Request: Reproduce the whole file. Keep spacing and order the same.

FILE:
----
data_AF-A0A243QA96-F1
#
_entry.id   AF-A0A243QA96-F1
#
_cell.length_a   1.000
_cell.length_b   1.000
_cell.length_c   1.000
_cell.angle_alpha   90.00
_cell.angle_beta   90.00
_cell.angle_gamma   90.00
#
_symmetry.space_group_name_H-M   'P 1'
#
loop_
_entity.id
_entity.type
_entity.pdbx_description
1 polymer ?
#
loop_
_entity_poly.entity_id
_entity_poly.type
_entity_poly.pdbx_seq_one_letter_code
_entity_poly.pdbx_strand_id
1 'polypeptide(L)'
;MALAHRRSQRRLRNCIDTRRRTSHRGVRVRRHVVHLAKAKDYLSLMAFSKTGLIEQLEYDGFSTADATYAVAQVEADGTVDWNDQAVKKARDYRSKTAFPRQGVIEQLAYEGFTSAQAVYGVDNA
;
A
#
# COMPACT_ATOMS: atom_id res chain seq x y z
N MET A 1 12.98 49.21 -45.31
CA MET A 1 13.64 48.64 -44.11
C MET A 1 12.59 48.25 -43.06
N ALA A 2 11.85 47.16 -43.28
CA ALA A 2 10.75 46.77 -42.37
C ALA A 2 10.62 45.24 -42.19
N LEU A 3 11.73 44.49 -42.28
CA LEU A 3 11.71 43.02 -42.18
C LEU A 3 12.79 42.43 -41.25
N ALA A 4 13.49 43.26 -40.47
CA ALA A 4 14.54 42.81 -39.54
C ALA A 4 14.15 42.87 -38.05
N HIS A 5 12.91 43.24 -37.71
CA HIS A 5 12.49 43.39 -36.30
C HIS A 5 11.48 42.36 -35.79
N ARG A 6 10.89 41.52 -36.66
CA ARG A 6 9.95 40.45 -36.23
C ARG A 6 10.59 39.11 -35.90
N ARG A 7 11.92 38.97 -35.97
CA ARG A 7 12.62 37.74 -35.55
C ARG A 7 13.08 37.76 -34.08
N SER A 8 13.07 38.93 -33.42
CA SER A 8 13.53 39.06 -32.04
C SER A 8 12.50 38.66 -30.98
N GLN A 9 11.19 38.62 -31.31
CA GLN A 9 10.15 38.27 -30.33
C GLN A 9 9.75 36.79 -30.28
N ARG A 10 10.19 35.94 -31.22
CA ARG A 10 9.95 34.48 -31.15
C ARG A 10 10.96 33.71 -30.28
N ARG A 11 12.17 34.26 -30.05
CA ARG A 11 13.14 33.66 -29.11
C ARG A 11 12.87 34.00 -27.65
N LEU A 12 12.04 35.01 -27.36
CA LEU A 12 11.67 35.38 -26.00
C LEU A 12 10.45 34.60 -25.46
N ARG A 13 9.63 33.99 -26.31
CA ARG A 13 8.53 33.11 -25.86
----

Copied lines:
data_AF-A0A243QA96-F1
#
_entry.id   AF-A0A243QA96-F1
#
_cell.length_a   1.000
_cell.length_b   1.000
_cell.length_c   1.000
_cell.angle_alpha   90.00
_cell.angle_beta   90.00
_cell.angle_gamma   90.00
#
_symmetry.space_group_name_H-M   'P 1'
#
loop_
_entity.id
_entity.type
_entity.pdbx_description
1 polymer ?
#
loop_
_entity_poly.entity_id
_entity_poly.type
_entity_poly.pdbx_seq_one_letter_code
_entity_poly.pdbx_strand_id
1 'polypeptide(L)'
;MALAHRRSQRRLRNCIDTRRRTSHRGVRVRRHVVHLAKAKDYLSLMAFSKTGLIEQLEYDGFSTADATYAVAQVEADGTVDWNDQAVKKARDYRSKTAFPRQGVIEQLAYEGFTSAQAVYGVDNA
;
A
#
# COMPACT_ATOMS: atom_id res chain seq x y z
N MET A 1 12.98 49.21 -45.31
CA MET A 1 13.64 48.64 -44.11
C MET A 1 12.59 48.25 -43.06
N ALA A 2 11.85 47.16 -43.28
CA ALA A 2 10.75 46.77 -42.37
C ALA A 2 10.62 45.24 -42.19
N LEU A 3 11.73 44.49 -42.28
CA LEU A 3 11.71 43.02 -42.18
C LEU A 3 12.79 42.43 -41.25
N ALA A 4 13.49 43.26 -40.47
CA ALA A 4 14.54 42.81 -39.54
C ALA A 4 14.15 42.87 -38.05
N HIS A 5 12.91 43.24 -37.71
CA HIS A 5 12.49 43.39 -36.30
C HIS A 5 11.48 42.36 -35.79
N ARG A 6 10.89 41.52 -36.66
CA ARG A 6 9.95 40.45 -36.23
C ARG A 6 10.59 39.11 -35.90
N ARG A 7 11.92 38.97 -35.97
CA ARG A 7 12.62 37.74 -35.55
C ARG A 7 13.08 37.76 -34.08
N SER A 8 13.07 38.93 -33.42
CA SER A 8 13.53 39.06 -32.04
C SER A 8 12.50 38.66 -30.98
N GLN A 9 11.19 38.62 -31.31
CA GLN A 9 10.15 38.27 -30.33
C GLN A 9 9.75 36.79 -30.28
N ARG A 10 10.19 35.94 -31.22
CA ARG A 10 9.95 34.48 -31.15
C ARG A 10 10.96 33.71 -30.28
N ARG A 11 12.17 34.26 -30.05
CA ARG A 11 13.14 33.66 -29.11
C ARG A 11 12.87 34.00 -27.65
N LEU A 12 12.04 35.01 -27.36
CA LEU A 12 11.67 35.38 -26.00
C LEU A 12 10.45 34.60 -25.46
N ARG A 13 9.63 33.99 -26.31
CA ARG A 13 8.53 33.11 -25.86